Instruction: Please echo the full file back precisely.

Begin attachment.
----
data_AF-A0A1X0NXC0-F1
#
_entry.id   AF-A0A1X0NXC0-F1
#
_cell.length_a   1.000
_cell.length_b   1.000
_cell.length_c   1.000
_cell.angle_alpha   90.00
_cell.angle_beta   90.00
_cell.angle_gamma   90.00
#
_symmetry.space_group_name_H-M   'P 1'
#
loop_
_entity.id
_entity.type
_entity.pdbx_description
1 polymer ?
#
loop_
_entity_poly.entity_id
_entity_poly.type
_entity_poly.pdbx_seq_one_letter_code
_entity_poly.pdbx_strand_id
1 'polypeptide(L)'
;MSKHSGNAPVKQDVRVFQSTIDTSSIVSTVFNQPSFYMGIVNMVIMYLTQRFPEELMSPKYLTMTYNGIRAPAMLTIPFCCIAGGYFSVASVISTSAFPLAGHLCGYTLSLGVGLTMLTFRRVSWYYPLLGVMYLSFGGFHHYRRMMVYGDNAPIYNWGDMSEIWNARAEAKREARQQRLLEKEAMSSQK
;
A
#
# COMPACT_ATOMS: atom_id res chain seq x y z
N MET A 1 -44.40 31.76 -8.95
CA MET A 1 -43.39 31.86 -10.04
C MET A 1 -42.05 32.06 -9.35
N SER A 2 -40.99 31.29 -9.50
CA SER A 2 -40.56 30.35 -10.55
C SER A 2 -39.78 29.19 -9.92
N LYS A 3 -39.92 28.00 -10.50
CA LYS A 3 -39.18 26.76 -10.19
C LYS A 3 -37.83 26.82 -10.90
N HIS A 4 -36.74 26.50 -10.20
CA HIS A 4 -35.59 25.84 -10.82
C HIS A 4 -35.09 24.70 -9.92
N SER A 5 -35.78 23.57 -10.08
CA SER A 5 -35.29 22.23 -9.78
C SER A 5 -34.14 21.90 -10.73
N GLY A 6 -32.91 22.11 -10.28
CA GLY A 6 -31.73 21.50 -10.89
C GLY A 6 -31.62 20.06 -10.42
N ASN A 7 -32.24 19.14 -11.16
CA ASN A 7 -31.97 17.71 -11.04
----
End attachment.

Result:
data_AF-A0A1X0NXC0-F1
#
_entry.id   AF-A0A1X0NXC0-F1
#
_cell.length_a   1.000
_cell.length_b   1.000
_cell.length_c   1.000
_cell.angle_alpha   90.00
_cell.angle_beta   90.00
_cell.angle_gamma   90.00
#
_symmetry.space_group_name_H-M   'P 1'
#
loop_
_entity.id
_entity.type
_entity.pdbx_description
1 polymer ?
#
loop_
_entity_poly.entity_id
_entity_poly.type
_entity_poly.pdbx_seq_one_letter_code
_entity_poly.pdbx_strand_id
1 'polypeptide(L)'
;MSKHSGNAPVKQDVRVFQSTIDTSSIVSTVFNQPSFYMGIVNMVIMYLTQRFPEELMSPKYLTMTYNGIRAPAMLTIPFCCIAGGYFSVASVISTSAFPLAGHLCGYTLSLGVGLTMLTFRRVSWYYPLLGVMYLSFGGFHHYRRMMVYGDNAPIYNWGDMSEIWNARAEAKREARQQRLLEKEAMSSQK
;
A
#
# COMPACT_ATOMS: atom_id res chain seq x y z
N MET A 1 -44.40 31.76 -8.95
CA MET A 1 -43.39 31.86 -10.04
C MET A 1 -42.05 32.06 -9.35
N SER A 2 -40.99 31.29 -9.50
CA SER A 2 -40.56 30.35 -10.55
C SER A 2 -39.78 29.19 -9.92
N LYS A 3 -39.92 28.00 -10.50
CA LYS A 3 -39.18 26.76 -10.19
C LYS A 3 -37.83 26.82 -10.90
N HIS A 4 -36.74 26.50 -10.20
CA HIS A 4 -35.59 25.84 -10.82
C HIS A 4 -35.09 24.70 -9.92
N SER A 5 -35.78 23.57 -10.08
CA SER A 5 -35.29 22.23 -9.78
C SER A 5 -34.14 21.90 -10.73
N GLY A 6 -32.91 22.11 -10.28
CA GLY A 6 -31.73 21.50 -10.89
C GLY A 6 -31.62 20.06 -10.42
N ASN A 7 -32.24 19.14 -11.16
CA ASN A 7 -31.97 17.71 -11.04